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Suppose $u(\cdot)$ and $v(\cdot)$ are two differentiable, strictly increasing, and strictly concave real functions. Specifically, $v(\cdot)$ is "more concave" than $u(\cdot)$ in the sense that there exists an increasing and strictly concave function $\phi(\cdot)$ such that $v(x)=\phi(u(x))$ at all $x$. It is also equivalent to \begin{equation} \frac{v''(x)}{v'(x)}<\frac{u''(x)}{u'(x)} \textrm{ for any }x\,. \end{equation}

Let $p_i\in(0,1), \sum_{i\in I}p_i=1$ be probabilities and $|I|>2$. Let $x_i$ and $y_i$ be strictly positive for all $i\in I$. Assume \begin{equation} \sum_{i\in I}p_ix_i<\sum_{i\in I}p_iy_i, \end{equation} and \begin{equation} \sum_{i\in I}p_iu(x_i)=\sum_{i\in I}p_iu(y_i). \end{equation}

Conjecture: \begin{equation} \sum_{i\in I}p_iv(x_i)>\sum_{i\in I}p_iv(y_i). \end{equation} I believe this is right (after trying many numerical examples) and I think a clever use of Jensen's inequality (or its variants) will do this. But I'm stuck on doing it formally. Any hints/thoughts on providing a formal proof?

Remark: this is related to my other post: Proving an inequality of the expectation of concave functions?

Update: after some more attempts, I believe some techniques in convex analysis would be helpful. Geometrically, the middle equation represents a hyperplane in the $R^{|I|}$ space, and the desired result (very roughly) says that a concave transformation of that hyperplane should be separated from a convex transformation of it.

To be clear, I wasn't saying the conjecture should be generally true. Any thoughts on finding any sufficient conditions to make it work would be very helpful.

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  • $\begingroup$ Should it really be $|I| > 2$? $\endgroup$
    – user81375
    Dec 27, 2017 at 3:14
  • $\begingroup$ Yes, I've already managed to prove the case of $|I|=2$, and I believe it's true for $|I|>2$ as well. $\endgroup$
    – Tuzi
    Dec 27, 2017 at 3:29
  • $\begingroup$ Then it's induction. $\endgroup$
    – user81375
    Dec 27, 2017 at 3:30
  • $\begingroup$ Could you be more specific? I don't think a usual induction argument works here because starting for $|I|=3$ one couldn't write the inequalities in a way that the $|I|=2$ case can handle, due to the non-linearity of $u(\cdot)$ and $v(\cdot)$. $\endgroup$
    – Tuzi
    Dec 27, 2017 at 3:38
  • $\begingroup$ The cardinality of $I$ is finite, infinite countable or uncountable? $\endgroup$ Dec 27, 2017 at 5:45

1 Answer 1

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The reverse inequality holds. A differentiable function of one variable is concave on an interval $J$ if and only if the function lies below all of its tangent, i.e., $$f(x) \leq f(y) + f'(y)(x-y)$$ for all $x,y\in J$. In particular, if $f′(c) =0$, then $c$ is a global maximum of $f(x)$.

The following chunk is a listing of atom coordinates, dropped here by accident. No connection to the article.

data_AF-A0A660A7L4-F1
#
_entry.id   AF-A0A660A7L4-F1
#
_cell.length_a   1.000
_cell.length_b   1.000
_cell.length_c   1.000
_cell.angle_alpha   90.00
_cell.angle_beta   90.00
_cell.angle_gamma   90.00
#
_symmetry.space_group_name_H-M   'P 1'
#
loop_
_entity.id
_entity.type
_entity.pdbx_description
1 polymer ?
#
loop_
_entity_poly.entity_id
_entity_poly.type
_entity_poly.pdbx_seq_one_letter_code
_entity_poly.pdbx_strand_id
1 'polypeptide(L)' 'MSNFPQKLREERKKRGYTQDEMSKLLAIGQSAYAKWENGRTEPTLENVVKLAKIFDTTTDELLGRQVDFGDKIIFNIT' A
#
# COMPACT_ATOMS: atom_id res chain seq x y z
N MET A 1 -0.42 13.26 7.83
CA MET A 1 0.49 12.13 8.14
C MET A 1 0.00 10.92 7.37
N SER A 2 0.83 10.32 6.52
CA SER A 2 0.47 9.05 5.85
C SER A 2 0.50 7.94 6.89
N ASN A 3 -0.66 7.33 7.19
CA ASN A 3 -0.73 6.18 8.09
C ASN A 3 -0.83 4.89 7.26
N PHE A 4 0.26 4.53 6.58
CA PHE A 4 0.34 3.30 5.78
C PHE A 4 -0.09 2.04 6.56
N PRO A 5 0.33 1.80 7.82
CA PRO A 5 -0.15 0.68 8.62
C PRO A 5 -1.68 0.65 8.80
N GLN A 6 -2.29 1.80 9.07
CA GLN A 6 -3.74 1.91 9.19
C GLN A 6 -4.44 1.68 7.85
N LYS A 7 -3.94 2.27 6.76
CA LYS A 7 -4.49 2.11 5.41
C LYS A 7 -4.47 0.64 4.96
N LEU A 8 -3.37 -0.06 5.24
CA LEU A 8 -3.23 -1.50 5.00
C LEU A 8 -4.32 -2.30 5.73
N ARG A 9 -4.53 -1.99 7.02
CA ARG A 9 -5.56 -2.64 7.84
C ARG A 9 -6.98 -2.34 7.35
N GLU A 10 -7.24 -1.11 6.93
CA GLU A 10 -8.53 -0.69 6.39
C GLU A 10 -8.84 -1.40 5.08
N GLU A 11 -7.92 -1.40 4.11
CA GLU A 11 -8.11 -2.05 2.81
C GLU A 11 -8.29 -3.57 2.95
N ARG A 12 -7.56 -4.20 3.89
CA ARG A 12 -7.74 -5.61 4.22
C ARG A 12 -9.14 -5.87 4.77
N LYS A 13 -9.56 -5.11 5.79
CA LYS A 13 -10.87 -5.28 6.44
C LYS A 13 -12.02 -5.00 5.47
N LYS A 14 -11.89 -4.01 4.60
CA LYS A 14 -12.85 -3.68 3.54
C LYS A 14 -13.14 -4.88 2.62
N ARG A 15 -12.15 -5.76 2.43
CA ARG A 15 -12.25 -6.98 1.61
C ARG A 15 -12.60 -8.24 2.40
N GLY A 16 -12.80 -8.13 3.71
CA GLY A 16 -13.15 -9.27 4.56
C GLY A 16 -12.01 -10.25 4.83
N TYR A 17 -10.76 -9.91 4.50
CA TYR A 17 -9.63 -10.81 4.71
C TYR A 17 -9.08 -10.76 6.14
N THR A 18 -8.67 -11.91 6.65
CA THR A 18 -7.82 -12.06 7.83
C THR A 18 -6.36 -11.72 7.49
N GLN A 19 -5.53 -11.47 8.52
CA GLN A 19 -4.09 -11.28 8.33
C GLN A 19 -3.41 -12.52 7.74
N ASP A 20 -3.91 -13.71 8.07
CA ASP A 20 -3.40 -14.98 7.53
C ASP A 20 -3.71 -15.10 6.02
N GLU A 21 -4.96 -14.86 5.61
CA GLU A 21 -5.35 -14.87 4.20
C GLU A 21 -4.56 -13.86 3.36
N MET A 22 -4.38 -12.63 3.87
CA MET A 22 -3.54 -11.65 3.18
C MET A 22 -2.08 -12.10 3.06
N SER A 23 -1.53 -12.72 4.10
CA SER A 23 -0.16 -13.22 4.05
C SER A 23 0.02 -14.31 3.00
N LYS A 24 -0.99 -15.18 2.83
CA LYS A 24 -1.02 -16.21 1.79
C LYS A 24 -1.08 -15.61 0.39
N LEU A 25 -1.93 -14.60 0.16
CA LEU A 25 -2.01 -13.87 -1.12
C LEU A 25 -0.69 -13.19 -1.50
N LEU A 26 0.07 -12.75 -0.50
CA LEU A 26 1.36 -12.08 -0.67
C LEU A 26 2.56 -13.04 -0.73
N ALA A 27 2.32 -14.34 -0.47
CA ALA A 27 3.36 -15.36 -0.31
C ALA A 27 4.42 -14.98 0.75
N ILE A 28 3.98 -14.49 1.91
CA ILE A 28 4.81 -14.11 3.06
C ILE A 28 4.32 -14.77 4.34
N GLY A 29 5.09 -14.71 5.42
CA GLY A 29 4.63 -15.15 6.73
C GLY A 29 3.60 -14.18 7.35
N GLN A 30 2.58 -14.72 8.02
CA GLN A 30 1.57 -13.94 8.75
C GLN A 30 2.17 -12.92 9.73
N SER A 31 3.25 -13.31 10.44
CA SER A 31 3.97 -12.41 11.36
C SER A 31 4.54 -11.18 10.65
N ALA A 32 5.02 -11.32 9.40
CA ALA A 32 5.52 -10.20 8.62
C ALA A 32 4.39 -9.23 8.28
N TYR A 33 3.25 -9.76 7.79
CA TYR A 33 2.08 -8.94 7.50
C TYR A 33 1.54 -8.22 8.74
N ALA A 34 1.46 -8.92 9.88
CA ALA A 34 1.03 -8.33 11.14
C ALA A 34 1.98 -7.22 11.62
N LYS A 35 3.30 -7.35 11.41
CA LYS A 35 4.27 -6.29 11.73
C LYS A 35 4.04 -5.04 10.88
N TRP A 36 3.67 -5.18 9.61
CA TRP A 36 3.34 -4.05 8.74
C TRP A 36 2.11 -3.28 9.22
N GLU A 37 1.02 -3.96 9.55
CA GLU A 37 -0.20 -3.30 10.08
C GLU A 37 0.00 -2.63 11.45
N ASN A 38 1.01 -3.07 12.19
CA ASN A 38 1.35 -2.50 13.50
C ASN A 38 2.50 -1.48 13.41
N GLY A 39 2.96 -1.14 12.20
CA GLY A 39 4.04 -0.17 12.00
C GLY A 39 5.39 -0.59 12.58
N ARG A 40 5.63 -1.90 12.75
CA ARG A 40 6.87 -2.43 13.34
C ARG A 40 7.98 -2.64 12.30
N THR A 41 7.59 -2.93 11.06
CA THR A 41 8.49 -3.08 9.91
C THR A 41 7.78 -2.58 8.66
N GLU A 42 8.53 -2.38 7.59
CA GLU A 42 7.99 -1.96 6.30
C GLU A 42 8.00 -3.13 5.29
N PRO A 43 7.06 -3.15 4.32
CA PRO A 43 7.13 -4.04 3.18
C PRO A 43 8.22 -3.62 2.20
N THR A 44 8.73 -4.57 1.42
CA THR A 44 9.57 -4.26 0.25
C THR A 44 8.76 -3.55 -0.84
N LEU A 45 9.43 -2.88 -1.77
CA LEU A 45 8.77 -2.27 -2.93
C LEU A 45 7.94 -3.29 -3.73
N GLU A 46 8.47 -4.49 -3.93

Applying this for $v$, we have $$p_i(v(x_i) - v(y_i)) \le p_i v'(y_i)(x_i-y_i)$$ for all $p_i\in(0,1)$ and all $i\in I$.

Summing up over $i$ \begin{align} \sum_{i\in I}p_i(v(x_i) - v(y_i)) &\le \sum_{i\in I} p_i v'(y_i)(x_i-y_i) \\ &\le \sum_{i\in I} p_i |v'(y_i)|(x_i-y_i) \qquad \text{since} \,\, w\le |w|, \forall w \in \mathbb{R} \\ &\le \min_i |v'(y_i)|\sum_{i\in I} p_i (x_i-y_i) <0. \end{align} The second inequality holds since $v$ is increasing so that $|v'|=v'$ iff $v'>0$.

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    $\begingroup$ Could you elaborate more on the second inequality in the last part? if $x_i-y_i < 0$, we can't conclude that $w(x_i-y_i) \le |w|(x_i-y_i)$. $\endgroup$ Dec 27, 2017 at 16:47
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    $\begingroup$ Sorry but I'm not sure if the second inequality in your proposed answer is correct, as the above comment also suggested. More generally, as I stated in the conditions of my initial question, we can surely have $\sum_{i}p_iu(x_i)=\sum_{i}p_iu(y_i)$ for a concave function $u(\cdot)$. This means one can't generally prove ``the reserve inequality holds.'' $\endgroup$
    – Tuzi
    Dec 27, 2017 at 17:03
  • $\begingroup$ @induction601 Right, the second inequality holds in one and only one case $v'>0$ which is already happen since $v$ is increasing i,e, $v'>0$ and this implies that $|v'|\ge v'\ge0$ $\endgroup$ Dec 27, 2017 at 18:27
  • $\begingroup$ @mwomath But still the second inequality in your proposed answer is not true because $x_i-y_i$ is negative for some $i$'s... $\endgroup$
    – Tuzi
    Dec 28, 2017 at 1:53
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    $\begingroup$ @mwomath the conjecture may be right or wrong but I still didn't see your answer to be correct. As I said and other people also pointed out the second inequality in your proposed answer is clearly not correct. Could you provide a different argument to support your claim. Thanks. $\endgroup$
    – Tuzi
    Dec 28, 2017 at 3:07

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